Successfully reported this slideshow.
We use your LinkedIn profile and activity data to personalize ads and to show you more relevant ads. You can change your ad preferences anytime.

Balancing disciplines & policy space in agricultural trade

693 views

Published on

Presented by Will Martin, senior research fellow, IFPRI

Published in: Education
  • Be the first to comment

Balancing disciplines & policy space in agricultural trade

  1. 1. Balancing Disciplines & Policy Space in Agricultural Trade Will Martin February 23, 2016
  2. 2. Roadmap • Policy space & collective action • Developing country growth & policy change • Policy options
  3. 3. Policy space & collective action • Unilateral trade policy very attractive to policy makers – Quantitative restrictions allow control of trade volumes & discrimination – Protection can improve the terms of trade – Insulation can stabilize domestic prices • But these policies are sub-optimal for the world – QRs create international & domestic price volatility – Protection reduces world income • Rising protection can cause trade to collapse – Insulation is beggar-thy-neighbor • Collective action can improve outcomes – Ban QRs – Limit & reduce protection levels – Discipline price insulation
  4. 4. • When developing countries were small their markets didn’t matter for partners – Developing countries have grown dramatically • And policies have changed sharply Developing country size & policies
  5. 5. From High Y DCs Total High Y 20 23 42 Developing 24 34 58 Total 44 56 100 From High Y DCs Total High Y 39 20 59 Developing 28 12 41 Total 67 33 100 Increasing importance of developing countries 1992-93 2012-13
  6. 6. Policy patterns also matter • Historical pattern in developing countries – Taxation of relatively poor farmers • Reduced exports, encouraged imports • Developing countries moving to positive protection • And price insulation strong – As it was in industrial countries in the past
  7. 7. -30 -20 -10 0 10 20 30 40 50 60 70 1955-59 1960-64 1965-69 1970-74 1975-79 1980-84 1985-89 1990-94 1995-99 2000-04 percent HIC & ECA HIC & ECA, incl. decoupled payments Developing countries Industrial & DC protection levels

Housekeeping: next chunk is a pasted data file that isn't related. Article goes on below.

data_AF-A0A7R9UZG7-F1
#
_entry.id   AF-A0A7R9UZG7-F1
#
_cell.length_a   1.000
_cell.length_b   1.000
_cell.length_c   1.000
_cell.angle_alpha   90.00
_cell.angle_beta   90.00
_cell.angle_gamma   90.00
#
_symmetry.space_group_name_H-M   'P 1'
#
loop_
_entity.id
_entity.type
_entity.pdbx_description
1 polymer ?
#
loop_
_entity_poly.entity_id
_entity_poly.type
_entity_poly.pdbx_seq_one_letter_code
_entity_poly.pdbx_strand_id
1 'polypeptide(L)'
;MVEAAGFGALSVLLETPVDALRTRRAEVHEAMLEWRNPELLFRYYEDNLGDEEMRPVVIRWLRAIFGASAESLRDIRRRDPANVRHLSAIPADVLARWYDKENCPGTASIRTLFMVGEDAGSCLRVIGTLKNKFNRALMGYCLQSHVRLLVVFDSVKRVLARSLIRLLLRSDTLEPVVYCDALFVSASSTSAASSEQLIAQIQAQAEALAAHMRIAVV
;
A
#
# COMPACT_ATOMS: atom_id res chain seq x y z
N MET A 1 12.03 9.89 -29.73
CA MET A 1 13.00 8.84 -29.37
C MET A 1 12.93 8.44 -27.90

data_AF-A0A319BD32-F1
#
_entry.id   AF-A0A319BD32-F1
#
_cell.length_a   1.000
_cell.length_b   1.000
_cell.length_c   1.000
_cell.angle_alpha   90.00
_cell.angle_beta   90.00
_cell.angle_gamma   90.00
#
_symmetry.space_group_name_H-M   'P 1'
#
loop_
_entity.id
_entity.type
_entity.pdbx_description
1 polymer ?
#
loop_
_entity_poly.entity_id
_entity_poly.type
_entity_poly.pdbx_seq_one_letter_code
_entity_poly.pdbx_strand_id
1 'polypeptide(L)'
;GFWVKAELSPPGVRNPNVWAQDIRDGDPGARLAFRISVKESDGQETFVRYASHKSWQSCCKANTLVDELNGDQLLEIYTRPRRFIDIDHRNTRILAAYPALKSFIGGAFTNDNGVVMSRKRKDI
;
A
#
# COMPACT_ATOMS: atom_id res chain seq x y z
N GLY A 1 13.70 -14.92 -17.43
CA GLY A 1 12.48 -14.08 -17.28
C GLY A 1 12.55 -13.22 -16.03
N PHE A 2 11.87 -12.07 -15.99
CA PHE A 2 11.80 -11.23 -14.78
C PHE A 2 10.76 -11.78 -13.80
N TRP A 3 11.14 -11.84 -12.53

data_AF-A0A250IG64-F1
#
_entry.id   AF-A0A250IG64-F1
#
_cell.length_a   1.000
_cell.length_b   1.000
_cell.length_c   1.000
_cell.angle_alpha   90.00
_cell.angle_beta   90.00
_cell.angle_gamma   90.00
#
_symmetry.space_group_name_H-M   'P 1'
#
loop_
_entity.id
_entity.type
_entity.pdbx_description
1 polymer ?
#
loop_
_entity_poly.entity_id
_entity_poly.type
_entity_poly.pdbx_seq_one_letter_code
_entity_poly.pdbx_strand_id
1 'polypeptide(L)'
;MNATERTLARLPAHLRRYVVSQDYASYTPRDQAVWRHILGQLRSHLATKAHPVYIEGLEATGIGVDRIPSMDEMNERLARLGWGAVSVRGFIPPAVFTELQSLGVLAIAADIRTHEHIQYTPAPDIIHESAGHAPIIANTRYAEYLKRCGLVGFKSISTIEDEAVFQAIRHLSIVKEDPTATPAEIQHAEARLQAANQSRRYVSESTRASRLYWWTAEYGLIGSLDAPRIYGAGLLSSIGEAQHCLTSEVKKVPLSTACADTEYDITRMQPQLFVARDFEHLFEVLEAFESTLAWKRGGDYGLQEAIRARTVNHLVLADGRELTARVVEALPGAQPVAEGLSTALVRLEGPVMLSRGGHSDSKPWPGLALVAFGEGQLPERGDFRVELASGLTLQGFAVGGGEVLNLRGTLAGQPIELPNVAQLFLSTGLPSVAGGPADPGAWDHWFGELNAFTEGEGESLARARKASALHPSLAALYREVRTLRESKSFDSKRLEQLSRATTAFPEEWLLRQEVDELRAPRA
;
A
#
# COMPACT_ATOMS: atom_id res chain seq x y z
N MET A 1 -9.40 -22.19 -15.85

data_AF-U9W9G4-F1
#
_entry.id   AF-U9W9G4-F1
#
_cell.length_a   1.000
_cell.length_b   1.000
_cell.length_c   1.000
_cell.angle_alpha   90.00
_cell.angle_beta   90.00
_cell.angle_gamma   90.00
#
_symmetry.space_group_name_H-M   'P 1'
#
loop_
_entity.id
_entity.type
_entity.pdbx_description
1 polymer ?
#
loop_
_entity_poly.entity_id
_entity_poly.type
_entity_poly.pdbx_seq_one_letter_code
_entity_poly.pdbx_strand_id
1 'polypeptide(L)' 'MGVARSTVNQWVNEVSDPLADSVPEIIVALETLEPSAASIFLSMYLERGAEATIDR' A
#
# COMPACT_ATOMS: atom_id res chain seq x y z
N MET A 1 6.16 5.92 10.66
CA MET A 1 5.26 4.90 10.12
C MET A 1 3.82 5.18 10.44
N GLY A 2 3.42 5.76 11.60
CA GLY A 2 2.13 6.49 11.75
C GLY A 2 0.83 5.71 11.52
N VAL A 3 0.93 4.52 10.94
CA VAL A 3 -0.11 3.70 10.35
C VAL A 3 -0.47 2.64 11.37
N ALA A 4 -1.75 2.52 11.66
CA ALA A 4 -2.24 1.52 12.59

8. 8. Price insulation in developing countries • Very strong insulation against price shocks – Creating serious collective action problems • Substantial increases in world price volatility – Ineffective in protecting the poor • But longer term price changes passed through
  9. 9. 0.7 0.9 1.1 1.3 1.5 1.7 1.9 2.1 2.3 2.5 2.7 Jan-06 Jan-07 Jan-08 Jan-09 Jan-10 Jan-11 Jan-12 Jan-13 Domestic International Indexes of staple food prices
  10. 10. • Improving information & market efficiency • Social safety nets • Disciplines on protection & insulation Potential policy options
  11. 11. • Poor information about stocks played an important role in the 2008 food crisis – AMIS seeks to improve market information • Market-based risk management may play a role – Futures and, especially, options – Insurance Improving information & market efficiency
  12. 12. • Social safety nets individually & collectively effective • Domestic food aid exempt from WTO disciplines Social safety nets
  13. 13. • Disciplines on protection levels – Uruguay Round introduced limits for developed countries – Need more discipline on developed & developing countries • Proved challenging in the Doha Agenda – Nairobi agreement to abolish export subsidies a major step • Disciplines on insulation have some WTO precedents – Abolition of variable levies a success – Price-based SSM proposal disciplines insulation against price falls • Quantity-based SSM proposals make no sense • Some, partial discipline on export restrictions needed – Otherwise importers feel they can’t rely on markets Disciplines on protection & insulation
  14. 14. Conclusions • Most WTO trade reform involves agreed reductions in policy space to achieve goals • Rapid growth in developing country agricultural trade makes developing country reform important – Only 20% of world agri trade between industrial ctries • Nairobi agreement moves forward on some fronts – Especially export subsidy disciplines – But much remains to be done
  15. 15. References • Anderson, K., Ivanic, M. and Martin, W. (2014), ‘Food price spikes, price insulation and poverty’ in Chavas, J-P, Hummels, D. and Wright, B. eds. The Economics of Food Price Volatility, University of Chicago Press for NBER. • Ivanic, M. and Martin, W. (2014), ‘Implications of Domestic Price Insulation for Global Food Price Volatility’ Journal of International Money and Finance 42:272-88. • Ivanic, M. and Martin, W.(2014) ‘Poverty Impacts of the Volume-Based Special Safeguard Mechanism’ Australian Journal of Agricultural and Resource Economics 58(4):607-21. • Laborde, D. and Martin, W. (2015), ‘Formulas for failure? Were the Doha tariff formulas too ambitious for success? World Trade Review 14(1): 46-65.

×